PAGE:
I recently attended a graduation ceremony at ETSU. Bill Haslam, the Governor, was the commencement speaker which was more than I was expecting in little Johnson City, Tennessee. During his short but direct speech, he talked about the students’ futures, of course, but also how they can become great leaders. He referred to the deceased Senator Howard Baker whom shared this knowledge with him: Good leaders are good listeners. The best leaders are also great listeners. He went on to explain that we can learn so much from others if we do more listening than talking.
This point has stuck with me. When I think about great teachers, I think of the ones who listen and really know their students. They know who they live with, what their strengths are, what they do outside of school, and what motivates them. In turn, their students are more willing to listen and learn from them. When I think about great political leaders, I think of those who listen to the public and say or hopefully do as the public has voiced! They make decisions based on big-picture visions. When I think of great humanitarians, it is also those who listen and thus, have empathy for others. They push for change because they listen to their stories and fight for injustice. When I think of great parents, I also think of leaders who are good listeners.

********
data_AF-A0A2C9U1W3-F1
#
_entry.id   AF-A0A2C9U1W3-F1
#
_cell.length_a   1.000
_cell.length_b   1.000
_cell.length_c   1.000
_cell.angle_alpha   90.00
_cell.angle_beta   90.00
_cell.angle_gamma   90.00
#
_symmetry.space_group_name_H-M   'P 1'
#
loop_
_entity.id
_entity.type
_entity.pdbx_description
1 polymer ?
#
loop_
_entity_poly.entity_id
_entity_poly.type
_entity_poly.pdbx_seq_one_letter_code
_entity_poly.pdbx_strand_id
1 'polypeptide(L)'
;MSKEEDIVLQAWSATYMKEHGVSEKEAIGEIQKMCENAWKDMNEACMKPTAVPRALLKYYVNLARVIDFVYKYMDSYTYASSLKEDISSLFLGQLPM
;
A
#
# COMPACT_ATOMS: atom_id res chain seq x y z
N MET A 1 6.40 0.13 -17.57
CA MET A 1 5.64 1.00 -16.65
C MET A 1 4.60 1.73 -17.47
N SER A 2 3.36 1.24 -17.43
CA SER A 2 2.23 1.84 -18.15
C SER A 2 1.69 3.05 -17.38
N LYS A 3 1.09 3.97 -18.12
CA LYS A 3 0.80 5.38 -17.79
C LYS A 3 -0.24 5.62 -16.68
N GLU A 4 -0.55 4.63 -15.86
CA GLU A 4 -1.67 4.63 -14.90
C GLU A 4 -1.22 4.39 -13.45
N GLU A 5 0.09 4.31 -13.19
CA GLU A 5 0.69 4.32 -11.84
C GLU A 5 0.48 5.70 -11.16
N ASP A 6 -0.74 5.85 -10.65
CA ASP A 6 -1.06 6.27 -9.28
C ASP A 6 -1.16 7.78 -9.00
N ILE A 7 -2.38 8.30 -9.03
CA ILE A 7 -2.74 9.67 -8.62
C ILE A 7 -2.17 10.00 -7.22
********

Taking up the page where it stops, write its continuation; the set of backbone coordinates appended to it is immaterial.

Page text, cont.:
Being a good listener means you care about others as much as yourself. You want to make responsible decisions that will be accepted and embraced by others. When you’re a good leader in your family, you take your spouse’s and your children’s feelings and ideas into consideration. You listen not just because you care but because it brings your family together instead of pushing them away. When you listen, you learn. When you listen, it makes them more willing and open to listen to you.
We don’t all have to be leaders who run a company or manage others. In fact, we can’t all be. But being a good leader to our children, and not a dictator, now that is a hard job. Listening is much harder than talking, especially when we think we have so much to tell, teach, and lecture! Sometimes it seems so much easier to give them the answer, whether it’s on their homework or telling them the right thing to do on the playground. But in the long run, that doesn’t help them to grow and become leaders for themselves. Listening to our kids with a patient and open heart not only brings us closer to them but also may help us learn more about the people we love most.